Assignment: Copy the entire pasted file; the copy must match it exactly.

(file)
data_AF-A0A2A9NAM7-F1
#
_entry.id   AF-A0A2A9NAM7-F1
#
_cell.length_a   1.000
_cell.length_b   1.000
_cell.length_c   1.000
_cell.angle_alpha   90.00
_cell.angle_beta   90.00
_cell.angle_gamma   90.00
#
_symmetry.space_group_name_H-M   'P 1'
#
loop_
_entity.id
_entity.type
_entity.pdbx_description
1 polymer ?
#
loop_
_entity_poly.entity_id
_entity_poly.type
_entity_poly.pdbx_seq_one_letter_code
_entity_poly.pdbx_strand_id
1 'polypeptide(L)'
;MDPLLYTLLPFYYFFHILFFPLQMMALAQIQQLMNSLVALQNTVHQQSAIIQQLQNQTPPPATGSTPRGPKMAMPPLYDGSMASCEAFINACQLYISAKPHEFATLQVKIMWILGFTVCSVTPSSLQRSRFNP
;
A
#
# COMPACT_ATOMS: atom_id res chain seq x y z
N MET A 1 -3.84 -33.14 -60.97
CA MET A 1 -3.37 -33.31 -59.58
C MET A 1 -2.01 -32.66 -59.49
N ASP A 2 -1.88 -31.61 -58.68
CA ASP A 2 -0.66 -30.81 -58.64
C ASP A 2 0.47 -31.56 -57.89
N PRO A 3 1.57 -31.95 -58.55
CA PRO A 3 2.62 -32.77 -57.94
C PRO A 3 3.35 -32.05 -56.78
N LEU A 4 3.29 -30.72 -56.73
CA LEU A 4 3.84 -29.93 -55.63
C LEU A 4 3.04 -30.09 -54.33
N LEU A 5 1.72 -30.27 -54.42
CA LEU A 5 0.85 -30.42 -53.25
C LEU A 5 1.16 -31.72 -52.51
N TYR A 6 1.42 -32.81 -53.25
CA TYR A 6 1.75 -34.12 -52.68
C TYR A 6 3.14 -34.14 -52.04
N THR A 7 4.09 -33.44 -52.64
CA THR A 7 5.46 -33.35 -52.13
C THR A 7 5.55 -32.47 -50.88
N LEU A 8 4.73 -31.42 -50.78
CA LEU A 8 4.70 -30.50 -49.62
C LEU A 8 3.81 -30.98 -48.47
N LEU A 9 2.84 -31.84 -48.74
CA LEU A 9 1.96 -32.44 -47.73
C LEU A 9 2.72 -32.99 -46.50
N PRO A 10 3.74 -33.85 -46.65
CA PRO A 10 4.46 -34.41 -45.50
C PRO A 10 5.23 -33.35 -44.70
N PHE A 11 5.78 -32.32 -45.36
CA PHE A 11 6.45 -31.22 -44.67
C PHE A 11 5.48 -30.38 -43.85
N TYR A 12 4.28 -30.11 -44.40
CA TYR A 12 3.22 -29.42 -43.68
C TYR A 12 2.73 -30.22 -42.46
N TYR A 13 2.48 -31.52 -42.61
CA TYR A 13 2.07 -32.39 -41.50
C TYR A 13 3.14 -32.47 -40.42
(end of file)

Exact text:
data_AF-A0A2A9NAM7-F1
#
_entry.id   AF-A0A2A9NAM7-F1
#
_cell.length_a   1.000
_cell.length_b   1.000
_cell.length_c   1.000
_cell.angle_alpha   90.00
_cell.angle_beta   90.00
_cell.angle_gamma   90.00
#
_symmetry.space_group_name_H-M   'P 1'
#
loop_
_entity.id
_entity.type
_entity.pdbx_description
1 polymer ?
#
loop_
_entity_poly.entity_id
_entity_poly.type
_entity_poly.pdbx_seq_one_letter_code
_entity_poly.pdbx_strand_id
1 'polypeptide(L)'
;MDPLLYTLLPFYYFFHILFFPLQMMALAQIQQLMNSLVALQNTVHQQSAIIQQLQNQTPPPATGSTPRGPKMAMPPLYDGSMASCEAFINACQLYISAKPHEFATLQVKIMWILGFTVCSVTPSSLQRSRFNP
;
A
#
# COMPACT_ATOMS: atom_id res chain seq x y z
N MET A 1 -3.84 -33.14 -60.97
CA MET A 1 -3.37 -33.31 -59.58
C MET A 1 -2.01 -32.66 -59.49
N ASP A 2 -1.88 -31.61 -58.68
CA ASP A 2 -0.66 -30.81 -58.64
C ASP A 2 0.47 -31.56 -57.89
N PRO A 3 1.57 -31.95 -58.55
CA PRO A 3 2.62 -32.77 -57.94
C PRO A 3 3.35 -32.05 -56.78
N LEU A 4 3.29 -30.72 -56.73
CA LEU A 4 3.84 -29.93 -55.63
C LEU A 4 3.04 -30.09 -54.33
N LEU A 5 1.72 -30.27 -54.42
CA LEU A 5 0.85 -30.42 -53.25
C LEU A 5 1.16 -31.72 -52.51
N TYR A 6 1.42 -32.81 -53.25
CA TYR A 6 1.75 -34.12 -52.68
C TYR A 6 3.14 -34.14 -52.04
N THR A 7 4.09 -33.44 -52.64
CA THR A 7 5.46 -33.35 -52.13
C THR A 7 5.55 -32.47 -50.88
N LEU A 8 4.73 -31.42 -50.78
CA LEU A 8 4.70 -30.50 -49.62
C LEU A 8 3.81 -30.98 -48.47
N LEU A 9 2.84 -31.84 -48.74
CA LEU A 9 1.96 -32.44 -47.73
C LEU A 9 2.72 -32.99 -46.50
N PRO A 10 3.74 -33.85 -46.65
CA PRO A 10 4.46 -34.41 -45.50
C PRO A 10 5.23 -33.35 -44.70
N PHE A 11 5.78 -32.32 -45.36
CA PHE A 11 6.45 -31.22 -44.67
C PHE A 11 5.48 -30.38 -43.85
N TYR A 12 4.28 -30.11 -44.40
CA TYR A 12 3.22 -29.42 -43.68
C TYR A 12 2.73 -30.22 -42.46
N TYR A 13 2.48 -31.52 -42.61
CA TYR A 13 2.07 -32.39 -41.50
C TYR A 13 3.14 -32.47 -40.42